Paid Search and Social Campaigns

The reason that this can work really well, is the fact that you can really drill down and target specific audiences with targeted messages and advertising. You can select filters criteria such as location, distance from location, age group, personal interests, gender, languages, other similar sites they have liked…the list goes on depending on the platform.

Imagine you’re a clothes shop with a website in Mansfield (without an e-commerce site) that sells locally. You sell items aimed at teenage girls aged between 14-16.

I’d potentially say, opt for two social media platforms, to begin with – Facebook and Twitter or Instagram. Target some promoted posts with pictures of the latest on trend fashion item that you have recently in stock or maybe a promotion or discount.

Target of the post:
Mansfield + 5/10 miles
Audience female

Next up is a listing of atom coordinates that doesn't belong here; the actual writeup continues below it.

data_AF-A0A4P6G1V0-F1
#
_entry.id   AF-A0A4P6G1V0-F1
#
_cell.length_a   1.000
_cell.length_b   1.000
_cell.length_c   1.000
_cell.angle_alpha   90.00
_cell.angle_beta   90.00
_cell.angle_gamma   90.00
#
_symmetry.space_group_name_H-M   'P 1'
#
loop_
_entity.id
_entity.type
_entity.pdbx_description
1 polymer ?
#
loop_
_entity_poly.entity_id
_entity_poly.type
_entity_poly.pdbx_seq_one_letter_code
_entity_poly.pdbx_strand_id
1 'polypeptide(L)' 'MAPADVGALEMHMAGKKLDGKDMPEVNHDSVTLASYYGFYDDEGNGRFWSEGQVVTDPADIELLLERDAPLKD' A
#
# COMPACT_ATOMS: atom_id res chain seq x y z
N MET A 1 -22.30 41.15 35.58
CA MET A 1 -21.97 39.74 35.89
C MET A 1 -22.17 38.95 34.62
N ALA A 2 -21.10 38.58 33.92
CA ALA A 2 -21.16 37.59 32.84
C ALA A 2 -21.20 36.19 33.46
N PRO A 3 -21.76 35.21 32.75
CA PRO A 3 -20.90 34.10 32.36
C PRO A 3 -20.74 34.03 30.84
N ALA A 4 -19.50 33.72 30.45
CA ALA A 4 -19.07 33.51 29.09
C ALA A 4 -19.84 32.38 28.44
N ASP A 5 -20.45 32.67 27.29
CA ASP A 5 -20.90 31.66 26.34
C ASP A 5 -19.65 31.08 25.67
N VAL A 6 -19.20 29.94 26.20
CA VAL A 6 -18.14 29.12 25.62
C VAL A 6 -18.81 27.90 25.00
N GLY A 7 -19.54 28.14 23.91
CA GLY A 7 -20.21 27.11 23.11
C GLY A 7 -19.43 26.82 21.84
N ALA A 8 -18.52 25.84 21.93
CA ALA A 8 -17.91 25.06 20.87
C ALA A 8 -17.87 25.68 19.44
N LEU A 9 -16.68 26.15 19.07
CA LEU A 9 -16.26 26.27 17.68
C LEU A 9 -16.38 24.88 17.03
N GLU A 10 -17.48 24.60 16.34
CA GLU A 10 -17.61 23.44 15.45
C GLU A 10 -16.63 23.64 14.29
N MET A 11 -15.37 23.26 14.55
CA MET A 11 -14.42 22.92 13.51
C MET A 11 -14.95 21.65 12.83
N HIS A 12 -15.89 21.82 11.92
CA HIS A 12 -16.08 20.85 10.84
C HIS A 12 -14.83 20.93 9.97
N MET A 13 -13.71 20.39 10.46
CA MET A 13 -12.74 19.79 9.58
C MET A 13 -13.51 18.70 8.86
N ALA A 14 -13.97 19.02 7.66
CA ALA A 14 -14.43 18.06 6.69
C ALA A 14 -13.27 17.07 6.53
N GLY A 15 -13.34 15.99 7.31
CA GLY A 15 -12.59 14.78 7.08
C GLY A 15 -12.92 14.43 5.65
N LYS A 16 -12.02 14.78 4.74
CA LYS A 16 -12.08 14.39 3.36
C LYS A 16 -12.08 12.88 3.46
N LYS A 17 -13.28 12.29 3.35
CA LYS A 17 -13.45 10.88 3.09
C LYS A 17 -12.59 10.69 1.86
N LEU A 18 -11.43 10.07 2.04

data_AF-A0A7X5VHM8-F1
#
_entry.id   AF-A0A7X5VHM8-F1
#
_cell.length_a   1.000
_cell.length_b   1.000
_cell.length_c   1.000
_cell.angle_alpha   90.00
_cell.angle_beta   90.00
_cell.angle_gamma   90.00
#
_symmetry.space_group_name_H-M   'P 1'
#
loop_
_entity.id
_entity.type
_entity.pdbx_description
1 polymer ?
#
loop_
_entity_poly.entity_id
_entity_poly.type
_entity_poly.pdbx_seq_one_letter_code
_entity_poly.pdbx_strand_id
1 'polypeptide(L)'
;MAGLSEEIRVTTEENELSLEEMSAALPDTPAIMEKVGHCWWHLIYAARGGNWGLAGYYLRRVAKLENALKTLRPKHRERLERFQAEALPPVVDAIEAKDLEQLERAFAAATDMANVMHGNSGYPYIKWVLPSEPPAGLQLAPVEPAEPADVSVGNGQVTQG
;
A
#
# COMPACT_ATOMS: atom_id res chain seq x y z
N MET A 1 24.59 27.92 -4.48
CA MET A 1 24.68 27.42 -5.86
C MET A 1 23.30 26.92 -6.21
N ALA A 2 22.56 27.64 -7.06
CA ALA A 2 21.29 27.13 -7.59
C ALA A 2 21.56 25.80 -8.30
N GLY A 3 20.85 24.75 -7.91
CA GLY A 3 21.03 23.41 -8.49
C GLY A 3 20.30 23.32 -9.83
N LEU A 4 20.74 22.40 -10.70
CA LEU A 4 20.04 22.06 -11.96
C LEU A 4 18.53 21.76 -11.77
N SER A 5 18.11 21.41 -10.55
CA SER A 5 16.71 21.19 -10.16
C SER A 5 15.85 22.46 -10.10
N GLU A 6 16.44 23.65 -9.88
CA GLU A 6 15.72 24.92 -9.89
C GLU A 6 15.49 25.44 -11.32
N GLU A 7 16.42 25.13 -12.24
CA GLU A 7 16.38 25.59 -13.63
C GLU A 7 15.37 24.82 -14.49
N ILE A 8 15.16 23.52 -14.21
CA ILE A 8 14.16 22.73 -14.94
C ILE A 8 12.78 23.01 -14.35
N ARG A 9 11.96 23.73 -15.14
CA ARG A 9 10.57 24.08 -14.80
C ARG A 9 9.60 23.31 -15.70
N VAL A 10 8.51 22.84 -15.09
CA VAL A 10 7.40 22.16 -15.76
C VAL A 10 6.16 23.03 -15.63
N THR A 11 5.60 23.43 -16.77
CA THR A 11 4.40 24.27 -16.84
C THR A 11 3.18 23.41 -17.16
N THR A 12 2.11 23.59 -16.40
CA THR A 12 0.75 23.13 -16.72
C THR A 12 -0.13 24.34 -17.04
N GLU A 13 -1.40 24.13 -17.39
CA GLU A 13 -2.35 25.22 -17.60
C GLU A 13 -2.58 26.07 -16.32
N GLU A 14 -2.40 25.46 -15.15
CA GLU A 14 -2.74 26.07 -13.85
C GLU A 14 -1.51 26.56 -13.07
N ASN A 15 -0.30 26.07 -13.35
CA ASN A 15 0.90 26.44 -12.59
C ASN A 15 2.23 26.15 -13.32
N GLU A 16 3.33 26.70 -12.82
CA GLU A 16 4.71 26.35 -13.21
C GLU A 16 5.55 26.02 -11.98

Aged 13 – 16
Post time between 6-9pm Mon-Fri + 9-1pm Sat/Sun (when not at school)
Interests in “Fashion” and “Katy Perry” (seen wearing a similar item recently in social media/news)
As it’s so niche and targeted the cost/budget you allocate shouldn’t be that much. Hopefully, with the right content, it will start the “likes”, “shares” and “reposts” – it’s slightly different method with Google and Bing but the idea is still the same – target and drill down to your audience.

I know this is an easy example to illustrate but It’s like this for most businesses no matter what you sell.


14) The value of your customer

Don’t just think about that one item that you just sold, think about the lifecycle of the customer, make sure they return. Get your store right and create the right impression and atmosphere, make sure your customer service is on point. Responding to messages in social media and send out newsletters to your old audience. Re-market to them (I’ll discuss this in a future post).

Using the above example: